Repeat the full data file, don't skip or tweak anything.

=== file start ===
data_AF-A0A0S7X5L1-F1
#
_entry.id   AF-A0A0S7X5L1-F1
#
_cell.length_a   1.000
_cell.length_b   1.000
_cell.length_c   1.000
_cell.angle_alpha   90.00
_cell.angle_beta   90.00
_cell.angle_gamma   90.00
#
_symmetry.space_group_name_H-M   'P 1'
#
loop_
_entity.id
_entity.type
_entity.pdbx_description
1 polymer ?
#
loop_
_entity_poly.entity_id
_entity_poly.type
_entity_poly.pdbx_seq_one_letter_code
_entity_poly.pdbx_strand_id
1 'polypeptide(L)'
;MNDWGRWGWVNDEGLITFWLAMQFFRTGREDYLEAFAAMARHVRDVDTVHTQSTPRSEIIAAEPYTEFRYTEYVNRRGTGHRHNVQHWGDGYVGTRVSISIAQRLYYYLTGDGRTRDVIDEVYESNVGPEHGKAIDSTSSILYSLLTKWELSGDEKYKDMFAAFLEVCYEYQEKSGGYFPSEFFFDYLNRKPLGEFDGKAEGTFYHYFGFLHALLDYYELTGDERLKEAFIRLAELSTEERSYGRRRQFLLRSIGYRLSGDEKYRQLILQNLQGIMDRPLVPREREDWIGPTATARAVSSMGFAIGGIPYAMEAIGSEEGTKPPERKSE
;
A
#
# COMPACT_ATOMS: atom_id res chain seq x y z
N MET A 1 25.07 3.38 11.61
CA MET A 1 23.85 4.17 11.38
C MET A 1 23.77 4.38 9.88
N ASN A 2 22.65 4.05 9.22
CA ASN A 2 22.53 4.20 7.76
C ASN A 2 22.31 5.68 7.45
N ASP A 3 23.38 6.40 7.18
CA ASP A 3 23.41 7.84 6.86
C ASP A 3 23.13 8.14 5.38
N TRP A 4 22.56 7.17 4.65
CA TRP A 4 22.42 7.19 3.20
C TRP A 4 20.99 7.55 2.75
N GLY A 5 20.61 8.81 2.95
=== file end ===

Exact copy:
data_AF-A0A0S7X5L1-F1
#
_entry.id   AF-A0A0S7X5L1-F1
#
_cell.length_a   1.000
_cell.length_b   1.000
_cell.length_c   1.000
_cell.angle_alpha   90.00
_cell.angle_beta   90.00
_cell.angle_gamma   90.00
#
_symmetry.space_group_name_H-M   'P 1'
#
loop_
_entity.id
_entity.type
_entity.pdbx_description
1 polymer ?
#
loop_
_entity_poly.entity_id
_entity_poly.type
_entity_poly.pdbx_seq_one_letter_code
_entity_poly.pdbx_strand_id
1 'polypeptide(L)'
;MNDWGRWGWVNDEGLITFWLAMQFFRTGREDYLEAFAAMARHVRDVDTVHTQSTPRSEIIAAEPYTEFRYTEYVNRRGTGHRHNVQHWGDGYVGTRVSISIAQRLYYYLTGDGRTRDVIDEVYESNVGPEHGKAIDSTSSILYSLLTKWELSGDEKYKDMFAAFLEVCYEYQEKSGGYFPSEFFFDYLNRKPLGEFDGKAEGTFYHYFGFLHALLDYYELTGDERLKEAFIRLAELSTEERSYGRRRQFLLRSIGYRLSGDEKYRQLILQNLQGIMDRPLVPREREDWIGPTATARAVSSMGFAIGGIPYAMEAIGSEEGTKPPERKSE
;
A
#
# COMPACT_ATOMS: atom_id res chain seq x y z
N MET A 1 25.07 3.38 11.61
CA MET A 1 23.85 4.17 11.38
C MET A 1 23.77 4.38 9.88
N ASN A 2 22.65 4.05 9.22
CA ASN A 2 22.53 4.20 7.76
C ASN A 2 22.31 5.68 7.45
N ASP A 3 23.38 6.40 7.18
CA ASP A 3 23.41 7.84 6.86
C ASP A 3 23.13 8.14 5.38
N TRP A 4 22.56 7.17 4.65
CA TRP A 4 22.42 7.19 3.20
C TRP A 4 20.99 7.55 2.75
N GLY A 5 20.61 8.81 2.95